• Human traffickers often use online platforms to recruit victims. Due to COVID-19 school closures, children are spending more time online with online learning and entertainment. This heightens the risk of “grooming” – the process in which those who intend to abuse minors try to meet children. 
  • The economic impact of COVID-19 has likely interrupted financial support to anti-trafficking organizations that serve at-risk communities and survivors, which will disproportionately affect areas in which these organizations are the sole providers of these services. Policymakers could consider supporting comprehensive victim services and access to short-term and/ or transitional housing for those vulnerable to and survivors of trafficking, which may reduce the need for the immediate fiscal stimulus.

Remember to stay vigilant when you are out. Know how to recognize the signs of human trafficking here.

Additional Resources

 District Links

Federal Delegation Links

Utilities Assistance

Food and Housing Assistance

  • Governor Brown’s Executive Order 20-11: places a temporary moratorium on residential evictions for nonpayment in light of the public health emergency caused by the spread of coronavirus in Oregon. The order is effective for 90 days.
  • Governor Brown's Executive Order 20-13 strengthens Governor Brown's previous ban on residential evictions, and prohibits landlords from charging tenants late fees for nonpayment of rent during the moratorium.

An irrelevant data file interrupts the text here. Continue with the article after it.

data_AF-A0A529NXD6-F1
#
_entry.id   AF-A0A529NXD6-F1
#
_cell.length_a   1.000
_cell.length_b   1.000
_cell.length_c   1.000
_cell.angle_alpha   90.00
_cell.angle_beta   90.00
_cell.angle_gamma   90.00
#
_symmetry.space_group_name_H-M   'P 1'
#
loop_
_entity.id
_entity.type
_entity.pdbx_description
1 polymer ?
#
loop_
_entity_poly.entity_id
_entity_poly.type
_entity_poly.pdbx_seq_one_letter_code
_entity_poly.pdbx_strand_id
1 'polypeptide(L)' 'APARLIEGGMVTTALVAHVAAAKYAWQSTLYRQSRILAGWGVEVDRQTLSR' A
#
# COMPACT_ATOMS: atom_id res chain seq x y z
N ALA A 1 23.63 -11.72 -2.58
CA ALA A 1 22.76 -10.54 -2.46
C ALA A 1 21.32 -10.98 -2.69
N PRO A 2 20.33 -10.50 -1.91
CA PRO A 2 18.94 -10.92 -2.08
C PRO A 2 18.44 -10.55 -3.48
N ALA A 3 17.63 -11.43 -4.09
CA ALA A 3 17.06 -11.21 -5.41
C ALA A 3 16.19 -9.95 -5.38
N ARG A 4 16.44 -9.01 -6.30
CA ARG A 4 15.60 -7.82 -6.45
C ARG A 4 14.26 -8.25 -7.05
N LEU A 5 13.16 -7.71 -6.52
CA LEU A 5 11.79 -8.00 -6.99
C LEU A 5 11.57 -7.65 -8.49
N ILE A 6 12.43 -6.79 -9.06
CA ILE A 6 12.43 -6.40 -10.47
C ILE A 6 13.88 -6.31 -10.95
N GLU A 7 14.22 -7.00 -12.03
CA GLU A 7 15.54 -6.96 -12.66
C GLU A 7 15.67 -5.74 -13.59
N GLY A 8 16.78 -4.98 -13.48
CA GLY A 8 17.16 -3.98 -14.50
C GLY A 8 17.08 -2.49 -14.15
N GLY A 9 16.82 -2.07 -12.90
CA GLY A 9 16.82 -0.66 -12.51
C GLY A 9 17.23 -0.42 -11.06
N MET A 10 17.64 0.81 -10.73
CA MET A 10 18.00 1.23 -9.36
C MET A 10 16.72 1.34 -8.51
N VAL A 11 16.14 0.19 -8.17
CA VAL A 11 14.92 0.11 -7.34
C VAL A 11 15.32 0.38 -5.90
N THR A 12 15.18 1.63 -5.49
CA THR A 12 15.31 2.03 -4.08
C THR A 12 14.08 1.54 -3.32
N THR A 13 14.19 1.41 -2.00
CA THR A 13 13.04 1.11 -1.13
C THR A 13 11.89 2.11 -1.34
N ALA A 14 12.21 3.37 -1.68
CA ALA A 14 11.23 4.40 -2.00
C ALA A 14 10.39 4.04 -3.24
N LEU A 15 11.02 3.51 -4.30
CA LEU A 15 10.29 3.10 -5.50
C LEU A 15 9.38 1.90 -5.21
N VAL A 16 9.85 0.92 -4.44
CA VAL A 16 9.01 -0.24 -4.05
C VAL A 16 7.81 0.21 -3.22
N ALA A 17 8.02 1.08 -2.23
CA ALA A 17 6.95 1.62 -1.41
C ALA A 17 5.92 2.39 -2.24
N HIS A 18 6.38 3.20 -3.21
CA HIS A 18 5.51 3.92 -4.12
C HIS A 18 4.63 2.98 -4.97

• Community
  • Oregon Food Bank
  • Meals on Wheels

Yesterday, I made more of my well-check calls to seniors receiving Meals on Wheels services. I call the same seniors every week. I spoke to one senior that was over the moon thrilled with her new purchase that she got for herself with the federal stimulus dollars. She has NEVER owned a new bed and she bought herself a new mattress, headboard and one new pillow. Her neighbor friend gave her a secondhand set of sheets and a bedspread. She told me it was so pretty, she was afraid to sleep in it that night and mess it up. ❤ I hope you are able to find some joy and love for yourself in these dark days. I hear of family connecting with each other, old college friends meeting virtually and new pets bringing love to a home. Be good to yourself and others. This is temporary and we will get through this.

Onward and Upward,


Capitol Phone: 503-986-1430
Capitol Address: 900 Court St. NE, H-487, Salem, Oregon 97301